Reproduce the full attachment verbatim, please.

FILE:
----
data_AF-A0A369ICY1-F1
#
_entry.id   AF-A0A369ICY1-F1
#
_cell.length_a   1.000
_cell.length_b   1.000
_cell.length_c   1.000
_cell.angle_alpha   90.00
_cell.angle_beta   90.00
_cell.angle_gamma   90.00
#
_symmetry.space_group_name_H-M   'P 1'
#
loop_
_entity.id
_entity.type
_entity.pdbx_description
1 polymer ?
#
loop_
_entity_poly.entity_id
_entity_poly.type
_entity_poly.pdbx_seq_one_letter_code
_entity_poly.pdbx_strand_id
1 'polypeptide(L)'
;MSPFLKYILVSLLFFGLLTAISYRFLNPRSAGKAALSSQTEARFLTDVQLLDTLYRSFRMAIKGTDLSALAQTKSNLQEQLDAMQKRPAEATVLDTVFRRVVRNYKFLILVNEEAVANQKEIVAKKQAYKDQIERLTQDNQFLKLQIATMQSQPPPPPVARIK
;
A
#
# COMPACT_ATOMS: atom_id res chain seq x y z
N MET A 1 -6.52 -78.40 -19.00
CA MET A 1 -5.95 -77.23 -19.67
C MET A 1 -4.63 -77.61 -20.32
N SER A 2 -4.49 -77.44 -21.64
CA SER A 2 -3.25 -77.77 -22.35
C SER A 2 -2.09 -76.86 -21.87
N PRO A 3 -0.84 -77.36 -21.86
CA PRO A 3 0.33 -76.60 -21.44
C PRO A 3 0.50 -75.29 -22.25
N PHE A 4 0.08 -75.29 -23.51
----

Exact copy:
data_AF-A0A369ICY1-F1
#
_entry.id   AF-A0A369ICY1-F1
#
_cell.length_a   1.000
_cell.length_b   1.000
_cell.length_c   1.000
_cell.angle_alpha   90.00
_cell.angle_beta   90.00
_cell.angle_gamma   90.00
#
_symmetry.space_group_name_H-M   'P 1'
#
loop_
_entity.id
_entity.type
_entity.pdbx_description
1 polymer ?
#
loop_
_entity_poly.entity_id
_entity_poly.type
_entity_poly.pdbx_seq_one_letter_code
_entity_poly.pdbx_strand_id
1 'polypeptide(L)'
;MSPFLKYILVSLLFFGLLTAISYRFLNPRSAGKAALSSQTEARFLTDVQLLDTLYRSFRMAIKGTDLSALAQTKSNLQEQLDAMQKRPAEATVLDTVFRRVVRNYKFLILVNEEAVANQKEIVAKKQAYKDQIERLTQDNQFLKLQIATMQSQPPPPPVARIK
;
A
#
# COMPACT_ATOMS: atom_id res chain seq x y z
N MET A 1 -6.52 -78.40 -19.00
CA MET A 1 -5.95 -77.23 -19.67
C MET A 1 -4.63 -77.61 -20.32
N SER A 2 -4.49 -77.44 -21.64
CA SER A 2 -3.25 -77.77 -22.35
C SER A 2 -2.09 -76.86 -21.87
N PRO A 3 -0.84 -77.36 -21.86
CA PRO A 3 0.33 -76.60 -21.44
C PRO A 3 0.50 -75.29 -22.25
N PHE A 4 0.08 -75.29 -23.51